What is meant by Hate speech? How can it be curbed?
Hate speech is defined as an incitement to hatred directed principally towards a group of people based on race, ethnicity, gender, sexual orientation, religious belief, or other factors, according to the Law Commission of India’s 267th Report. The context of a communication plays a crucial role in determining whether it is a hate speech or not.
Reasons for Hate speech
- Individuals accept stereotypes imprinted in their thoughts, which drive them to assume that a class or group of people is inferior to them and hence cannot enjoy the same rights as them.
- Any historical animosity between distinct religious or socioeconomic groups might lead people to commit hate crimes. Both populations were separated throughout the battle for independence, which continues to have an influence. Take, for example, the divide-and-rule strategy.
- Vote bank politics: Vote bank politics employ a variety of communal or emotional methods to sway the votes of a small group of people by generating animosity. They provoke such occurrences by spreading fake information, news, and so forth.
- Hate crimes can be motivated by prejudice and hostility towards a particular group. In Delhi, for example, there have been 704 incidents of crimes against persons from the Northeast in the last three years.
- Patriarchy—This is especially true when it comes to hate crimes against women. Women are killed for their honour mostly due to a patriarchal worldview in which women are associated with one’s own honour and women are viewed as an item related to family respect.
- Lack of strong legislation—due to a lack of strong and clear rules, as well as inadequate implementation—the conviction rate is low. As a result, the criminals are free to wander.
- Fake news and propaganda are frequently used on social media against a certain group in order to destabilise a society. For instance, the rioting in Muzaffarnagar in 2013.
- Acceptance of hatred by society: In certain cases, society as a whole embraces hatred toward a specific group or nation as a result of previous atrocities. Many organisations, for example, regard refugees or migrants as their enemy, and islamophobia is rampant in European countries.
- Illiteracy—A lack of education limits an individual’s total growth. Even still, over 23% of India’s population is illiterate. This obstructs their ability to develop tolerance and a knowledge of individuality.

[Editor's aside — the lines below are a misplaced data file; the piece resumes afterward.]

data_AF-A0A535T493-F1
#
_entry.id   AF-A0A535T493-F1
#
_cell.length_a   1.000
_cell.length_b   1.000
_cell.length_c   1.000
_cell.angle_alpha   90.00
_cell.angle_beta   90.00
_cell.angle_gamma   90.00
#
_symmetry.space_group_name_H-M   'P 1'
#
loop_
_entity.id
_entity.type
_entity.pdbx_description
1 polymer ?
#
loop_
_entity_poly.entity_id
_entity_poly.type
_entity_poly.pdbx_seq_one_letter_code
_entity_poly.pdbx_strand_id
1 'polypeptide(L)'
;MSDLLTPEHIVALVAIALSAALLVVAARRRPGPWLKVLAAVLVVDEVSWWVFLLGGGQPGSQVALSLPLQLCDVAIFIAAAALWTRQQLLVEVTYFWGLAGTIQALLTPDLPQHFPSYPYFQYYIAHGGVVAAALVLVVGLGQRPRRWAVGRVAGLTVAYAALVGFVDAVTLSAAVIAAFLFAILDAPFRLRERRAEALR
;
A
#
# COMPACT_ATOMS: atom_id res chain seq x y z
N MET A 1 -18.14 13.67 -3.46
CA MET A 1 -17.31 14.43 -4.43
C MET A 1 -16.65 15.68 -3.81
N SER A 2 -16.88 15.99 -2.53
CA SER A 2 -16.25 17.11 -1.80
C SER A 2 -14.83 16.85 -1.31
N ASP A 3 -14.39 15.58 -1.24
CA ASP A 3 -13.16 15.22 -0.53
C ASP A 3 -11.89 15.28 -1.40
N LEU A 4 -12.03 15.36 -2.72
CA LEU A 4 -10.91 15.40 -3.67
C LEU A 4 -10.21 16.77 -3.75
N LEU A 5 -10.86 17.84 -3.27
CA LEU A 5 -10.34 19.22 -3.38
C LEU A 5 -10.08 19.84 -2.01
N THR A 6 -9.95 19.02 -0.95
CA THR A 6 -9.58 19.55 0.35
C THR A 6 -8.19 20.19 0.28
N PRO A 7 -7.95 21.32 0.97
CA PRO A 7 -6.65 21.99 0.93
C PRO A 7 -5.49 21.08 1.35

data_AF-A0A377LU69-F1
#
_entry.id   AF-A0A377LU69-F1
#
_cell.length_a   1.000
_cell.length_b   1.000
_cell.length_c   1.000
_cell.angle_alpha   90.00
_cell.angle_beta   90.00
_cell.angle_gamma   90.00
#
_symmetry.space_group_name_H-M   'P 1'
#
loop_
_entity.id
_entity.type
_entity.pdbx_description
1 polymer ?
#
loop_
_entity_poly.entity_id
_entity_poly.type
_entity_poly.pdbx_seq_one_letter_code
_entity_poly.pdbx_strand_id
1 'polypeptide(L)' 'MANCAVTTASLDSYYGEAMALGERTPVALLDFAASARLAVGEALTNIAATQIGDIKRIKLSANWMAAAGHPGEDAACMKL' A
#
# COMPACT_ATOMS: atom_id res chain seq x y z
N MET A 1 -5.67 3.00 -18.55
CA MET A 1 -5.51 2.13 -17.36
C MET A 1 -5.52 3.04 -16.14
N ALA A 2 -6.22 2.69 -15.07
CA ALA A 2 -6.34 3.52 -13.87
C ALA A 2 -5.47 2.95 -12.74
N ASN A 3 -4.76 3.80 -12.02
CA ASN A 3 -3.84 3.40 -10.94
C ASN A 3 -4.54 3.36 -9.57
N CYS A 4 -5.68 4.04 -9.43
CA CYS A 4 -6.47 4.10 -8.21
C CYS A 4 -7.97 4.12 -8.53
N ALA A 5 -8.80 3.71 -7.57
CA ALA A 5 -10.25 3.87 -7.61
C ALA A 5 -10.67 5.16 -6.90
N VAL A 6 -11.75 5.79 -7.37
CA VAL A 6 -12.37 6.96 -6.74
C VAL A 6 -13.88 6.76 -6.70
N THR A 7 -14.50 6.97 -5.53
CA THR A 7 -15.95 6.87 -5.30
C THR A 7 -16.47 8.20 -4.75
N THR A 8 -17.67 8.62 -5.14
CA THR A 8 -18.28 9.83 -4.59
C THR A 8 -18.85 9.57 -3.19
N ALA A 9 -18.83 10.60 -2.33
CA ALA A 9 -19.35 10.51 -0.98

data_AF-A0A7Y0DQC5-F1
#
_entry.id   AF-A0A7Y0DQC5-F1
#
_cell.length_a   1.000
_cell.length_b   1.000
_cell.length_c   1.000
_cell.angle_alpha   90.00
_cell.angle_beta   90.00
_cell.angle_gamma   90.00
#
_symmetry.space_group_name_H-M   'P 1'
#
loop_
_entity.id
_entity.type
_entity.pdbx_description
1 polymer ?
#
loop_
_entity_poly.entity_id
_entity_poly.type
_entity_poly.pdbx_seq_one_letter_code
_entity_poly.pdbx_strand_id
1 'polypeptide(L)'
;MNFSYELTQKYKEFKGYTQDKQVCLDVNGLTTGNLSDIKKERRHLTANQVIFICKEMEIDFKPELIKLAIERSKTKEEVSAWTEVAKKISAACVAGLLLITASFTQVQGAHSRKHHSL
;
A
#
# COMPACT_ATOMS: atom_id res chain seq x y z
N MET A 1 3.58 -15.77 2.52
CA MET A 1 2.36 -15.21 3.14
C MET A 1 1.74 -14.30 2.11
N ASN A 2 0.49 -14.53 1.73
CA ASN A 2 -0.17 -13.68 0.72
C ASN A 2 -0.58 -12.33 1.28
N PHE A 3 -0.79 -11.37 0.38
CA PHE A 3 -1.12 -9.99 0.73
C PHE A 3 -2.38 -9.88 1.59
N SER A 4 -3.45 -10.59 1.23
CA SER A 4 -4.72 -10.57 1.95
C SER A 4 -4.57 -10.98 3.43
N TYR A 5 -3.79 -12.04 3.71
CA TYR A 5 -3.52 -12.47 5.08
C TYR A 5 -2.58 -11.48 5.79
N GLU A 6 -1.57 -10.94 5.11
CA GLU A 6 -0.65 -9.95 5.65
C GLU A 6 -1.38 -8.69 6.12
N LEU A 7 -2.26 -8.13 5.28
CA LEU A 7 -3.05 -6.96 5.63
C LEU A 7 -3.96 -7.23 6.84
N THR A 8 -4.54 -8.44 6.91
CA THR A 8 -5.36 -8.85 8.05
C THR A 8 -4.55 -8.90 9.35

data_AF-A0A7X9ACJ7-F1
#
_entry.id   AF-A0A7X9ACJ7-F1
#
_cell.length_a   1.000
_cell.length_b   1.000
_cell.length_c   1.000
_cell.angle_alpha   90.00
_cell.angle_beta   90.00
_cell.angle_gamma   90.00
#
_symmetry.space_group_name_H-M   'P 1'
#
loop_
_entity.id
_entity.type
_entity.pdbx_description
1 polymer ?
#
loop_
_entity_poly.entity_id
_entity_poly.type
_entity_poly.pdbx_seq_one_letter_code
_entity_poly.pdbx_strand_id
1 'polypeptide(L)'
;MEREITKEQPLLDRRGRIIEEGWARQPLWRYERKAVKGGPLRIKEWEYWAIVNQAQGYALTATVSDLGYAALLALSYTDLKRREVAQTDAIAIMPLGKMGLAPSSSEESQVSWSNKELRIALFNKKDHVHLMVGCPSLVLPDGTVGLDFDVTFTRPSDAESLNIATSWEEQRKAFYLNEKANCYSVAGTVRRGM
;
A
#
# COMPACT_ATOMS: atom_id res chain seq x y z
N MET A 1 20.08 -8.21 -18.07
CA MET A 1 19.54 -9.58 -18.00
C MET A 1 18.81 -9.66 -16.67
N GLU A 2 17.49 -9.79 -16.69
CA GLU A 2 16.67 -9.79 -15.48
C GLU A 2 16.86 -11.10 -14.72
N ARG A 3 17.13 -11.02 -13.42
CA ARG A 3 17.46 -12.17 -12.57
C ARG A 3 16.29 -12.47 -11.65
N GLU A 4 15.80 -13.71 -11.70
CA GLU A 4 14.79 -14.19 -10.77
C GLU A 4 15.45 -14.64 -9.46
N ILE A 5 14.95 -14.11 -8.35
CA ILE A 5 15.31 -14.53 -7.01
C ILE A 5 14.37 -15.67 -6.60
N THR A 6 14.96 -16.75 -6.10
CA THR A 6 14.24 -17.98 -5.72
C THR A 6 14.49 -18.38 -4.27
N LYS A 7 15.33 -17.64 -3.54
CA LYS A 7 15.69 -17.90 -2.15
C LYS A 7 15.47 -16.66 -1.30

- Hate speech is fueled by people who are adamant about sticking to a specific ideology while disregarding the right to peaceful coexistence.
Various provisions present
- Sections 153A and 153B of the Indian Penal Code (IPC) punish activities that promote animosity and hostility between two communities.
- Acts that deliberately or maliciously insult the religious sensibilities of a group of people are punishable under Section 295A of the IPC.
- Sections 505(1) and 505(2) make it illegal to publish or circulate anything that may incite animosity or hostility amongst various communities.
- Section 8 of the Representation of People’s Act, 1951 (RPA) prohibits a person convicted of illegally exercising their right to freedom of expression from contesting an election.
- Sections 123(3A) and 125 of the RPA prohibit the promotion of hatred based on race, religion, community, caste, or language in connection with elections and classify it as a kind of corrupt electoral conduct.
- The Viswanathan Committee suggested amending the Indian Penal Code (IPC) to include Sections 153 C (b) and 505 A for inciting to commit an offence on the basis of religion, race, caste or community, sex, gender identity, sexual orientation, place of birth, domicile, language, handicap, or tribe. It advocated a sentence of up to two years in prison and a fine of Rs. 5,000.
- The Bezbaruah Committee proposed amending Section 153 C of the Indian Penal Code (promoting or attempting to promote acts prejudicial to human dignity), which is punishable by five years in prison and a fine, or both, and Section 509 A of the Indian Penal Code (using words, gestures, or acts to insult members of a particular race), which is punishable by three years in prison and a fine, or both.
- Subjects like hate speech become a tough matter to deal with in a country like India, where there is a large population of people from many origins and cultures, and it is difficult to distinguish between free and hate speech.
- When restricting talks, several issues must be addressed, including the quantity of strong viewpoints, offensiveness to specific populations, and the impact on the ideals of dignity, liberty, and equality. There are laws against such crimes, but there is still a lot of work to be done.
- Under the context of a “digital single market,” the European Union has also developed a code of conduct to ensure that hate speech does not spread. It necessitates a collaborative, autonomous, and inclusive regulatory framework that is tailored to regional and cultural needs while following to global best practises in content moderation and privacy protection.
- New provisions in the Indian Penal Code (IPC) are needed to address the issue of hate speech, according to the Law Commission of India.
- Giving a correct definition to hate speech would be the first step in dealing with the problem, and other activities, such as public awareness campaigns, are also necessary.
How to structure:
1) Give an intro about Hate speech and what it means- try to link how its different
from the Fundamental Rights here
2) Mention the issues associated
3) Mention the related policies to it and suggest further measures
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